King of a Small World is poker player Rick Bennett’s debut novel, written specifically for a small audience of poker enthusiasts. That being said, the novel masterfully sucks you right in, at the very first page, into its world. It doesn’t matter then, if the only thing you know about Poker is it begins with a ‘P’.
Set in southern Maryland-Washington, D.C., an area known for its love of Poker, King of A Small World is an unsentimental evocation of the enigma that is the world of professional poker.
It is a smart and gritty, coming-of-age-novel about self assured narrator and ace card- player, Joe Moore. In his mid twenties, Joe is easily the best stud poker pro in Maryland and is content about remaining the best in the small world of Maryland. He also frowns upon friends and colleagues who are salaried and are ‘ tied to their jobs like slaves’.
He is forced to rethink his destiny and values that shaped his outlook all these years when he is offered a very high paying job as a casino boss, begins a brand new love affair and discovers simultaneously, that he is going to be a father, by way of an old girlfriend. The novel follows his trajectory of trying to juggle between change of responsibilities, family, love, money and his zeal to create the perfect environment for his new non traditional family, all the while trying to stay true to himself and the things he enjoys doing.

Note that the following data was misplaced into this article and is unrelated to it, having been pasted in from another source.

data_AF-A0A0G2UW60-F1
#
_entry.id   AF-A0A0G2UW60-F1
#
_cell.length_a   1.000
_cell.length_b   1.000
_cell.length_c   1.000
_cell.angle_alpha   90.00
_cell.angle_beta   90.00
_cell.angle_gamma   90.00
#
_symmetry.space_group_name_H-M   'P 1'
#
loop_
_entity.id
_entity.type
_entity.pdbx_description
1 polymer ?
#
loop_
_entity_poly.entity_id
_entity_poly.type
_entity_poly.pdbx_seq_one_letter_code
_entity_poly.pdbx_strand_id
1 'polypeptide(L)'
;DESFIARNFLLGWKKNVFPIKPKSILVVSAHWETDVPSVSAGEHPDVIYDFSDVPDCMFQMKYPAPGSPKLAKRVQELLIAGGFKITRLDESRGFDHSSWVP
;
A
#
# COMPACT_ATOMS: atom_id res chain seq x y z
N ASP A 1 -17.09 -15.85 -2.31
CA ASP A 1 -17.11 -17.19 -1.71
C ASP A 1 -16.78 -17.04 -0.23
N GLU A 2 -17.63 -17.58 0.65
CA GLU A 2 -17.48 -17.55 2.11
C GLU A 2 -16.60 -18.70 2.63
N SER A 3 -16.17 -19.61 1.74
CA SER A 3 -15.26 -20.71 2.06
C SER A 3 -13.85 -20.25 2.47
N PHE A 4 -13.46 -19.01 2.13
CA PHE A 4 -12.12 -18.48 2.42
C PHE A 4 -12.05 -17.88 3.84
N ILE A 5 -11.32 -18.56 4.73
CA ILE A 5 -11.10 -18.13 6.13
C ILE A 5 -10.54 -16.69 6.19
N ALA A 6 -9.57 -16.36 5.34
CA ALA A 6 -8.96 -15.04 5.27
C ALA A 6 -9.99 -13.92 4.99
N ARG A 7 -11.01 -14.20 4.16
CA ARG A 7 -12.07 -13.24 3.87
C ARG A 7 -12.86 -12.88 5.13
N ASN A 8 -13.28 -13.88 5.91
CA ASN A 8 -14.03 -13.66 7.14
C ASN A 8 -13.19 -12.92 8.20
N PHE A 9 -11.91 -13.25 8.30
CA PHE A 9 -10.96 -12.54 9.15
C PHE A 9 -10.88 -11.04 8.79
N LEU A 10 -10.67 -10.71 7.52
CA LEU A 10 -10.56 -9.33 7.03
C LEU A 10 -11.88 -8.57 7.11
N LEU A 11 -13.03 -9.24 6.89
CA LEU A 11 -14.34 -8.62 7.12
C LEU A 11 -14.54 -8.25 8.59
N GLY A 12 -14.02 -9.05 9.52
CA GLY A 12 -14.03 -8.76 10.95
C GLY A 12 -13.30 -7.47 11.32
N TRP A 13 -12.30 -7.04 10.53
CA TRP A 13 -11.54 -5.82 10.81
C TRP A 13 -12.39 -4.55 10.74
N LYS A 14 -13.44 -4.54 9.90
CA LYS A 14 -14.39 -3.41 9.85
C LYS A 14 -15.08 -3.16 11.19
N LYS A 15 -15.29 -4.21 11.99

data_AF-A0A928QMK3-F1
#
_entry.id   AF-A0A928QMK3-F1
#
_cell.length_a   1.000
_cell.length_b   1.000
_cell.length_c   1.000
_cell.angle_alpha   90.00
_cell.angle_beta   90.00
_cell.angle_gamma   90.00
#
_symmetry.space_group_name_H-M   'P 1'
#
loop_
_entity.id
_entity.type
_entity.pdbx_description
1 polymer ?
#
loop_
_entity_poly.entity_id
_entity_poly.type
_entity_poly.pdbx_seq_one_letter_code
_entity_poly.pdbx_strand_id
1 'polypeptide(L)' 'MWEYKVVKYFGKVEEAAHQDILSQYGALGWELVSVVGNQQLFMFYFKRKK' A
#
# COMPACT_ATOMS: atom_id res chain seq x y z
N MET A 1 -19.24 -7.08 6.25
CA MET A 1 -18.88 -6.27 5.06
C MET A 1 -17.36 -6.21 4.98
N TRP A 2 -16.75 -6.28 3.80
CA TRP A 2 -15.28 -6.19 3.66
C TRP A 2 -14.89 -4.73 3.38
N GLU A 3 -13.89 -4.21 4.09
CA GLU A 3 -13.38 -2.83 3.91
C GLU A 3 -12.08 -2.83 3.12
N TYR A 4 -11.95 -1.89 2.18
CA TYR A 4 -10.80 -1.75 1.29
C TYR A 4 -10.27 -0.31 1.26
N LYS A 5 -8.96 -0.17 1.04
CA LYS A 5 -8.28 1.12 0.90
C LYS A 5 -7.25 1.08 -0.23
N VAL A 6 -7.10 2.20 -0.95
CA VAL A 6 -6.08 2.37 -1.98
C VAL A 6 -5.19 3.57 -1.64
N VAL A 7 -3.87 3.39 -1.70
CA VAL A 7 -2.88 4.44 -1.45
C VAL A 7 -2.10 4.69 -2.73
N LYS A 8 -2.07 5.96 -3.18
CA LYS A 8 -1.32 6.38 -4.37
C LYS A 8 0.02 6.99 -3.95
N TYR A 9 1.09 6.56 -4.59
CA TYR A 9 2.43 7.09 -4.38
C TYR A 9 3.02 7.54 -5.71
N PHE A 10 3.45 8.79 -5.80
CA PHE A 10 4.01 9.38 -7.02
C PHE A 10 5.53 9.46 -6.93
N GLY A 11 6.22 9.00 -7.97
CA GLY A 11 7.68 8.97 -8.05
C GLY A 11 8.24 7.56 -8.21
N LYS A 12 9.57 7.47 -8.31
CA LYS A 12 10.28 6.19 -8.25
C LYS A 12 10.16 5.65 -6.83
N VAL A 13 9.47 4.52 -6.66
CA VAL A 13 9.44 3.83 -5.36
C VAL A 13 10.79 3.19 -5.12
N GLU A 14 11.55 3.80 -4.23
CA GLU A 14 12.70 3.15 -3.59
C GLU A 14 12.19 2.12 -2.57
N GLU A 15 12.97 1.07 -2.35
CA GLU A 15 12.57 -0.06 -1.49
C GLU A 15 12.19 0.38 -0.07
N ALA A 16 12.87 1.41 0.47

There are several instances where Joe draws parallels between poker and ‘the other games people play, away from the tables’. There are times where Joe also espouses poker themes commentaries about human behaviour and the ever shifting landscape of personal identity and existence.
For example, when Joe makes a trip to Vegas, drowning in the waves of WSOP fever, he shares his impression of the urgency and the unceasing drama of being human being played out all around him in the casinos.
There is a quote he makes that captures the essence of what it means to be a poker player.
"This is how gambling works — it fills the senses," Joe explains. "Close your eyes and listen. In a casino, you'll hear the sounds of jingling, clinking, clanging, clicking. Open your eyes and you'll see the myriad colors of lighting and carpeting and walls and uniforms, shining and bright. Taste? Free drinks and meals to any decent-sized bettor. Free drinks and cheap meals to everyone. Touch, too, is thought of. Plush carpeting, brass rails, leather chairs, polished wood. And maybe in the air, with the smoke, is sweat.
But it is the sixth sense that casinos most seek to arouse," Joe continues. "The sense of life itself. Of drama. Of story. Of passion. Of love and fear. Of power and sex. Of a moment frozen, of existence beyond the mundane, of escape from all other problems because right now your attention is focused on the money you have on the line. If time is money and life is time, then money is life. And you're gambling for it."
Such detail brings about a certain kind of immediacy in response to the scene, especially so for readers who've been inside such places.
Bennett is a poker player, so it doesn’t come as a surprise when the game fuels both the plot of the book and contributes heavily to its various themes, with Bennet drawing connections between the game and Joey's complicated life full of conflicts and relationships.
Rick Bennett’s easy knowledge of poker customs and the values that shape the poker player’s environment and psyche, make for an engaging narrative which climaxes with brisk bits of domestic and professional melodrama. An extremely enjoyable read, we at 9stacks urge you to pick up this exciting page turner, right now!
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